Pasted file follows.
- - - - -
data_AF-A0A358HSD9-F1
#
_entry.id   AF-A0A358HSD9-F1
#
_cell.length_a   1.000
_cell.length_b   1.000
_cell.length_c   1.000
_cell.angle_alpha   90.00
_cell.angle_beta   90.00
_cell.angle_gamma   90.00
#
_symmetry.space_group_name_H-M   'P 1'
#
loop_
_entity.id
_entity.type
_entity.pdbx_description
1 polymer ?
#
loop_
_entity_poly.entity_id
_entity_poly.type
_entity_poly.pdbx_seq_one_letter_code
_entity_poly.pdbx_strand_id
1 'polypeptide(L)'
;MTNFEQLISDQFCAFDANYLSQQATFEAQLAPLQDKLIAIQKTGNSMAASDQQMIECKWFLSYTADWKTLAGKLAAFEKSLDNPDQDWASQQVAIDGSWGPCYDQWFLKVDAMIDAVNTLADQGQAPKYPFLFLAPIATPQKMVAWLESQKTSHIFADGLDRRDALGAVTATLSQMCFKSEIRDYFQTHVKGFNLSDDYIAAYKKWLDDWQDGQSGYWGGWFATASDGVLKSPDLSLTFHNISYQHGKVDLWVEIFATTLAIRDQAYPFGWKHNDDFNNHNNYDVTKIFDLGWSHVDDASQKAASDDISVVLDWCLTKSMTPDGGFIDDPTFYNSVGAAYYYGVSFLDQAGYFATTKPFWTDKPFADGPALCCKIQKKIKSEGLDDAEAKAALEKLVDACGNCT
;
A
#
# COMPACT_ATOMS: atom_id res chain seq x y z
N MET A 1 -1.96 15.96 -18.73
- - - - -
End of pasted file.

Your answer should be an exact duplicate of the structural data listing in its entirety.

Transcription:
data_AF-A0A358HSD9-F1
#
_entry.id   AF-A0A358HSD9-F1
#
_cell.length_a   1.000
_cell.length_b   1.000
_cell.length_c   1.000
_cell.angle_alpha   90.00
_cell.angle_beta   90.00
_cell.angle_gamma   90.00
#
_symmetry.space_group_name_H-M   'P 1'
#
loop_
_entity.id
_entity.type
_entity.pdbx_description
1 polymer ?
#
loop_
_entity_poly.entity_id
_entity_poly.type
_entity_poly.pdbx_seq_one_letter_code
_entity_poly.pdbx_strand_id
1 'polypeptide(L)'
;MTNFEQLISDQFCAFDANYLSQQATFEAQLAPLQDKLIAIQKTGNSMAASDQQMIECKWFLSYTADWKTLAGKLAAFEKSLDNPDQDWASQQVAIDGSWGPCYDQWFLKVDAMIDAVNTLADQGQAPKYPFLFLAPIATPQKMVAWLESQKTSHIFADGLDRRDALGAVTATLSQMCFKSEIRDYFQTHVKGFNLSDDYIAAYKKWLDDWQDGQSGYWGGWFATASDGVLKSPDLSLTFHNISYQHGKVDLWVEIFATTLAIRDQAYPFGWKHNDDFNNHNNYDVTKIFDLGWSHVDDASQKAASDDISVVLDWCLTKSMTPDGGFIDDPTFYNSVGAAYYYGVSFLDQAGYFATTKPFWTDKPFADGPALCCKIQKKIKSEGLDDAEAKAALEKLVDACGNCT
;
A
#
# COMPACT_ATOMS: atom_id res chain seq x y z
N MET A 1 -1.96 15.96 -18.73